Hands joined around a table with phone, paper, pen and glasses

What the Courts Say About Recording in the Classroom

by Christina Henagen Peer and Peter Zawadski

Students and parents are increasingly asking to use audio devices to record what's being said in the classroom. But is it legal? A recent ruling offer gives the answer to a question confusing parents and administrators alike.

Is It Legal for Students to Record Teachers?

2021 Best Lawyers: The Global Issue

by Best Lawyers

The 2021 Global Issue features top legal talent from the most recent editions of Best Lawyers and Best Lawyers: Ones to Watch worldwide.

2021 Best Lawyers: The Global Issue

Best Lawyers: Ones to Watch in America for 2023

by Best Lawyers

The third edition of Best Lawyers: Ones to Watch in America™ highlights the legal talent of lawyers who have been in practice less than 10 years.

Three arrows made of lines and dots on blue background

The Upcycle Conundrum

by Karen Kreider Gaunt

Laudable or litigious? What you need to know about potential copyright and trademark infringement when repurposing products.

Repurposed Products and Copyright Infringemen

The Best Lawyers in Australia™ 2024 Launch

by Best Lawyers

Best Lawyers is excited to announce The Best Lawyers in Australia™ for 2023, including the top lawyers and law firms from Australia.

Australian Parliament beside water at sunset

Best Lawyers Voting Is Now Open

by Best Lawyers

Voting has begun in several countries across the globe, including the United States, the United Kingdom and Europe. Below we offer dates, details and answers to voting-related questions to assist with the voting process.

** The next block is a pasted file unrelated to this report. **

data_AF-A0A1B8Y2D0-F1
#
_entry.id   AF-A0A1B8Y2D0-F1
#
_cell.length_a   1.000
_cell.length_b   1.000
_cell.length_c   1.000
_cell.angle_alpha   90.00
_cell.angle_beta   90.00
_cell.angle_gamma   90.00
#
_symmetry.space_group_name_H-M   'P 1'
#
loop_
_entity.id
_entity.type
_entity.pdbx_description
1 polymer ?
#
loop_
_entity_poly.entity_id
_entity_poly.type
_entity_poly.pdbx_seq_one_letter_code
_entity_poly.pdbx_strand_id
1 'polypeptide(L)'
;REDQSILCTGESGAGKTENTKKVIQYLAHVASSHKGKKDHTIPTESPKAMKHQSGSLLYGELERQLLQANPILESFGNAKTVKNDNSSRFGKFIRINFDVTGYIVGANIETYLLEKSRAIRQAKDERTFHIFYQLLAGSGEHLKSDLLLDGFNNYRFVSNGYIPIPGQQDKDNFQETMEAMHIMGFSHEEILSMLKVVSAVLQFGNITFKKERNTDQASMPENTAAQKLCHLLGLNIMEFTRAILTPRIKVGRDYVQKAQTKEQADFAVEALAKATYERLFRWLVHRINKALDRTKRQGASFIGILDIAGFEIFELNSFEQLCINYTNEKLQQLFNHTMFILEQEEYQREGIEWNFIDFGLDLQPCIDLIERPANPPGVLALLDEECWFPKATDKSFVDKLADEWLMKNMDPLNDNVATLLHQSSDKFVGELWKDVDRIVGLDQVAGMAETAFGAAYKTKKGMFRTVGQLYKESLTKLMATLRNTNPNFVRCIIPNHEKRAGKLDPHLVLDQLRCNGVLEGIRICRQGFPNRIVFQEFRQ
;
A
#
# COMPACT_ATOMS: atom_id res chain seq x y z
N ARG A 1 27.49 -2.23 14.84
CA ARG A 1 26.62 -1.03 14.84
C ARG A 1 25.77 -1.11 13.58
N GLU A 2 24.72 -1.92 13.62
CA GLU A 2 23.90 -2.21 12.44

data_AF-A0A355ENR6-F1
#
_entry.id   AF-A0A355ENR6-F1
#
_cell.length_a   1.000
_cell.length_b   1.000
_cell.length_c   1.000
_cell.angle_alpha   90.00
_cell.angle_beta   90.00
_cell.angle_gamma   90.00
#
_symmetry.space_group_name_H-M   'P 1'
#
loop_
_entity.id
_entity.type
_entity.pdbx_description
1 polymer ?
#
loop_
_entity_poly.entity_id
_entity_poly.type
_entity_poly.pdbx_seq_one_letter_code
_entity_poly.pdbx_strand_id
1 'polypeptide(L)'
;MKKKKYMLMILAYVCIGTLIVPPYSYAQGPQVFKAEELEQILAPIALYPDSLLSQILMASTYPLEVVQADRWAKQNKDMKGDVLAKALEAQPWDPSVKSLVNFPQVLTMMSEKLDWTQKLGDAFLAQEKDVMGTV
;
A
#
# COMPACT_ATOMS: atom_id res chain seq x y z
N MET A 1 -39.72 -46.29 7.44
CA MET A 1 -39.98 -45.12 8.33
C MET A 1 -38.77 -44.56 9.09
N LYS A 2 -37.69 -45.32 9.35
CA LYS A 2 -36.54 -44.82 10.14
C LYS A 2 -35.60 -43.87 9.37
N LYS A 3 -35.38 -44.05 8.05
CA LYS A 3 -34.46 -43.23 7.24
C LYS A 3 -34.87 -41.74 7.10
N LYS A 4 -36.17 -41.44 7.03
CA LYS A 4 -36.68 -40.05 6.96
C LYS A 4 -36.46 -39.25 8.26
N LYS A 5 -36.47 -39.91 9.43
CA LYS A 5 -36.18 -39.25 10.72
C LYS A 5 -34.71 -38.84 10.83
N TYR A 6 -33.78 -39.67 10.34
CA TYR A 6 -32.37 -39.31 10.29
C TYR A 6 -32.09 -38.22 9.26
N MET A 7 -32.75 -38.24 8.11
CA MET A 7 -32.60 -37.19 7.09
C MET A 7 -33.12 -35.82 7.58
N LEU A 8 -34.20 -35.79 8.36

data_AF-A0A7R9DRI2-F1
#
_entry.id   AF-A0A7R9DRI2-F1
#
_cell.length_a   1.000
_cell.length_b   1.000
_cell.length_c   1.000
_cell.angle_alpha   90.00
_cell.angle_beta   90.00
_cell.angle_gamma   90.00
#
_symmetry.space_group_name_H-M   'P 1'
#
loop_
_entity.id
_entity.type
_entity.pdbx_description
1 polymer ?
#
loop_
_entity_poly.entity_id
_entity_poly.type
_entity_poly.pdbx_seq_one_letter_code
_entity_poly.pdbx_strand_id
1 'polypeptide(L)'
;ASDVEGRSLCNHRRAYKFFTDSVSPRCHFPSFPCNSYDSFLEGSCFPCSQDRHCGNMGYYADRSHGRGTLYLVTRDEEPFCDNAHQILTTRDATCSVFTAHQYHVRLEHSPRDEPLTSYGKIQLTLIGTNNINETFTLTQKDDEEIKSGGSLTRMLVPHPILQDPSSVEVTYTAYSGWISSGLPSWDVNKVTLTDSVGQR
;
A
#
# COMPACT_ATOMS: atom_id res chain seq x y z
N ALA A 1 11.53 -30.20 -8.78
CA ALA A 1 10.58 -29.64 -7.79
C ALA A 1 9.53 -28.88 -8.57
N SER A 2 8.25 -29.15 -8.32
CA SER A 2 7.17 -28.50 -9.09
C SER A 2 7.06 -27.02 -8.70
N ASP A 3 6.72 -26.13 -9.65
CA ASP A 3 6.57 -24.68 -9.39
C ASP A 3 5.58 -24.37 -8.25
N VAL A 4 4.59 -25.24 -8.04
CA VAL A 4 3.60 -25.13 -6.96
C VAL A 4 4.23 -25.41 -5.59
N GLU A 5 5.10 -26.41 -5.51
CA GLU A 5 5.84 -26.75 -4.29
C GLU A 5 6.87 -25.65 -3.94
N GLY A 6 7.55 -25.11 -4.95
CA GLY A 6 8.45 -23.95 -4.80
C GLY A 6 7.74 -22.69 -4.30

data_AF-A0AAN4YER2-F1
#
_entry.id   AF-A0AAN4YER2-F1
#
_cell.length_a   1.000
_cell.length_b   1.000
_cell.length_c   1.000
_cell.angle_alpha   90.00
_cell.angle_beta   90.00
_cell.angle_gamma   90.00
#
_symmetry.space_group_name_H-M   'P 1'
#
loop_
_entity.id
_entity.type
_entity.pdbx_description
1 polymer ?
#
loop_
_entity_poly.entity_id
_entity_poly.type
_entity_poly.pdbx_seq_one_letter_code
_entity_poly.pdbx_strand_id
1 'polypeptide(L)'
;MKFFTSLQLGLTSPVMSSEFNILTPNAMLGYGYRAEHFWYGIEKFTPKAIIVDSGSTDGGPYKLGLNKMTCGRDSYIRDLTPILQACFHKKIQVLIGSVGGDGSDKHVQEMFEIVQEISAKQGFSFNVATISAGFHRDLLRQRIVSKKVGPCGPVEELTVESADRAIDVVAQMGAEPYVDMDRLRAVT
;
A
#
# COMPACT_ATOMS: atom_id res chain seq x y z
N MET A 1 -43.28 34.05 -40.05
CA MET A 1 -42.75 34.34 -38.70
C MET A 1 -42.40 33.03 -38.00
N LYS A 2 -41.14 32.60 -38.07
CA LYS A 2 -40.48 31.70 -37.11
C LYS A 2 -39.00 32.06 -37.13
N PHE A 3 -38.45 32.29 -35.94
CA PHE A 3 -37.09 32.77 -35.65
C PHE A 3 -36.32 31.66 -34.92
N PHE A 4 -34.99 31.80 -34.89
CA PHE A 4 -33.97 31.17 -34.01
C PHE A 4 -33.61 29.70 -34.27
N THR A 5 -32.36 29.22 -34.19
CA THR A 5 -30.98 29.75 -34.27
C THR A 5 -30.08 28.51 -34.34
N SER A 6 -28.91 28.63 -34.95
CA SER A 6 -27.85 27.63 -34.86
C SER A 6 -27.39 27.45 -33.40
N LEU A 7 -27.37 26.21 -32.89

Hands holding smartphone with five stars above phone

Inflation Escalation

by Ashley S. Wagner

Inflation and rising costs are at the forefront of everyone’s mind as we enter 2023. The current volatile market makes it more important than ever to understand the rent escalation clauses in current and future commercial lease agreements.

Suited figure in front of rising market and inflated balloon

Wage and Overtime Laws for Truck Drivers

by Greg Mansell

For truck drivers nationwide, underpayment and overtime violations are just the beginning of a long list of problems. Below we explore the wages you are entitled to but may not be receiving.

Truck Driver Wage and Overtime Laws in the US

A Celebration of Excellence: The Best Lawyers in Canada 2024 Awards

by Best Lawyers

As we embark on the 18th edition of The Best Lawyers in Canada™, we are excited to highlight excellence and top legal talent across the country.

Abstract image of red and white Canada flag in triangles

Announcing The Best Lawyers in South Africa™ 2024

by Best Lawyers

Best Lawyers is excited to announce the landmark 15th edition of The Best Lawyers in South Africa™ for 2024, including the exclusive "Law Firm of the Year" awards.

Sky view of South Africa town and waterways

Presenting the 2024 Best Lawyers Family Law Legal Guide

by Best Lawyers

The 2024 Best Lawyers Family Law Legal Guide is now live and includes recognitions for all Best Lawyers family law awards. Read below and explore the legal guide.

Man entering home and hugging two children in doorway